30 May 2015

Arsenal look to make history against Aston Villa...

Nineteen appearances. Eleven victories. No other club can boast of such a record. If we win on Saturday, we’ll stand alone atop all other clubs in England in the oldest football competition in the world. Between us and history stands Aston Villa, against whom we’ve administered some embarrassing hidings but against whom we’ve also suffered some humbling defeats.  Although we’ve drubbed the Villans in recent outings, we still have a score to settle—in my mind, at least.

Yes, we’ve thrashed them in our last two meetings, scoring eight and conceding none. However, something in me still craves justice (or is it revenge?) for the 1-3 loss we suffered a 18 months ago. Ignore the fact that Villa have limped through the last legs of the Prem season, suffering an embarrassing 6-1 defeat to Southampton followed by an even-more ignominious 0-1 loss to long-since relegated Burnley. This is a squad that we had better pummel.

“What about Benteke?” you might ask. Fair question. Aston Villa will likely rely on lumping it forward and lobbing cross after cross after cross (after cross), hoping that Benteke will latch onto at least one of them. However, the last time they tried this, sending in 26 crosses, they could only claim three “accurate” crosses en route to a 5-0 defeat. The real battle, though, will be fought in the midfield, where our defensive midfield will try to shut down the service ahead to Benteke in the first place. If the man can’t win the ball in the air, he’s little more than a friendlier Fellaini. If our midfield, with Coquelin and Ramsey shielding the back-four, can shut down Villa’s Delph, Westwood, and Cleverley, well, we won’t have to worry very much about Benteke.


All it takes is one goal. If Villa can find just one goal, well, then, that changes everything. They can then hunker down and defend with all ten players and dare us to score. That would pose a problem, wouldn’t it? In recent weeks, after all, Villa have shown that they can be giant-slayers, beating Liverpool 2-1 to get to the final and almost escaping the Etihad only to lose 3-2. They’ve shown that they can hang tough against the best that the Prem can offer.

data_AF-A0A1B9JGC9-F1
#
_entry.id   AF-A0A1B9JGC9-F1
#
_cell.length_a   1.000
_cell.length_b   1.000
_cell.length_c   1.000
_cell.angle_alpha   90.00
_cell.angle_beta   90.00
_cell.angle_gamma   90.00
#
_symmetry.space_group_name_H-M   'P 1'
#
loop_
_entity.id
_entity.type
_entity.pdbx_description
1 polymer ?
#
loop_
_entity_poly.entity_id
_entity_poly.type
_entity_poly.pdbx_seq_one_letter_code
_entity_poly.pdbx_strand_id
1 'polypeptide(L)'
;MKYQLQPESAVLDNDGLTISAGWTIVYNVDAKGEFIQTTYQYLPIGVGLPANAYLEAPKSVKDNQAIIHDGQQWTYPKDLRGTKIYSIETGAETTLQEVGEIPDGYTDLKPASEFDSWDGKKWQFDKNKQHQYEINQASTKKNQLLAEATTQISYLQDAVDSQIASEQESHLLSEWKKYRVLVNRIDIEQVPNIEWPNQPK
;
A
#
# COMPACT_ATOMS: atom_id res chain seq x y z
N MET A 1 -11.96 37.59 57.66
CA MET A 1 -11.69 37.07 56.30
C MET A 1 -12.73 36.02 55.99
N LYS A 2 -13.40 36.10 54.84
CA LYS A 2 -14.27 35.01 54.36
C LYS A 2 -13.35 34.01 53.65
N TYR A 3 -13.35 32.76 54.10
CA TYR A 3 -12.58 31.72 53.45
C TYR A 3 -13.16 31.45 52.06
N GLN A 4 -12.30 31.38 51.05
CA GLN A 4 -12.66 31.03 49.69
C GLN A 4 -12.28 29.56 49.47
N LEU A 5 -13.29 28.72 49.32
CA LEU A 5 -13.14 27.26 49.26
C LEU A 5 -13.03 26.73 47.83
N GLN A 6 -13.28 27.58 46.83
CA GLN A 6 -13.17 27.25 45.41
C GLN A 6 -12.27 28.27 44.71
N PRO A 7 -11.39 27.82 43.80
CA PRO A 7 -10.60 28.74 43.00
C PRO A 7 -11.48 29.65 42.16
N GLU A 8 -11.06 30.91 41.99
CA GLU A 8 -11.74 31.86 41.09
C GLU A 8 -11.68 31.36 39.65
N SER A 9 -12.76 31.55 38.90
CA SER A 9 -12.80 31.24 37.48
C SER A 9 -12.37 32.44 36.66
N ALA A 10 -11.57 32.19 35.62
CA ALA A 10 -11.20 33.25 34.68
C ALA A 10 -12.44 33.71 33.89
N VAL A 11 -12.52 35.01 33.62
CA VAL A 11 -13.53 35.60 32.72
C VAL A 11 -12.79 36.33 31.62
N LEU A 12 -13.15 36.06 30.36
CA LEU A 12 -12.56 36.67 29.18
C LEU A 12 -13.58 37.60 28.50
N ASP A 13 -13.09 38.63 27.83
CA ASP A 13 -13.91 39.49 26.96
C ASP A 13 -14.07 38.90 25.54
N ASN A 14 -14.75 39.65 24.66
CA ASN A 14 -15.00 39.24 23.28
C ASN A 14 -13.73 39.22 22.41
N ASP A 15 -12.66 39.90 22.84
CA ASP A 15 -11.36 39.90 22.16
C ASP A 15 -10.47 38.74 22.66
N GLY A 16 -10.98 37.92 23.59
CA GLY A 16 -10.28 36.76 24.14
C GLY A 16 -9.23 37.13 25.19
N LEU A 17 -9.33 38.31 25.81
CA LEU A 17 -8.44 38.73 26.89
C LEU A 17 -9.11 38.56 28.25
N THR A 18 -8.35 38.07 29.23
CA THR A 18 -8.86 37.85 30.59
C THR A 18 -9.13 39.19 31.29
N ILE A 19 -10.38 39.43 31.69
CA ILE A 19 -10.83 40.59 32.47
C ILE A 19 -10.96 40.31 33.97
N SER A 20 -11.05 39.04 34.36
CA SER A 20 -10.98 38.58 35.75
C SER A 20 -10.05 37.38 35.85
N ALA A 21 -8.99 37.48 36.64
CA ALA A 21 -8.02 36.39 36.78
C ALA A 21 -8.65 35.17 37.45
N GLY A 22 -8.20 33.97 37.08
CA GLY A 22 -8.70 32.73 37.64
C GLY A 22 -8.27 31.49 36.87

While it would be all sunshine and lollipops to suggest that we’ll build on this season’s Prem results, coasting to another comfortable win, we should know from a year ago that form goes out the window when it comes to the FA Cup. We’re the cup-holders, it’s true, but that is not necessarily an advantage. The Villans have to feel like knocking us off would do more than just crown them champions an eighth time—overtaking Chelsea and Liverpool along the way—it would vault them towards the top of the Prem table next season.

However (yes, again), we are on a mission. Having let a second-place finish slip through our fingers, we have to feel like we have some unfinished business to attend to. Villa might feel happy to be at Wembley, or they might feel like they have a chance at something bigger. Shouldn’t matter. Whether it be another nail-biting, last-gasp 3-2 win or a smashing, anticlimactic 5-0 cakewalk, we have to go in with a single, obsessive purpose: win the cup.

Arsenal 5-0 Aston Villa (01.02.2015)
Aston Villa 0-3 Arsenal (20.09.2014)
Aston Villa 1-2 Arsenal (13.01.2014)

The two clubs first clashed on 8 October 1904, a 1-0 win for Woolwich Arsenal.
The two clubs have only met one other time in the FA Cup—a 3-2 win for Arsenal on 29 January 2012.
Aston Villa have beaten Arsenal just once in nine tries, a record of 1-1-7.

Danny Welbeck has been ruled out. That might be all. Seriously.

Sczcesny; Monreal, Koscielny, Mertesacker, Bellerin; Coquelin, Cazorla; Alexis, Özil, Walcott; Giroud.

We should pounce all over Villa and put this one to bed early. That’s not idle boasting, by the way.

Arsenal 3-1 Aston Villa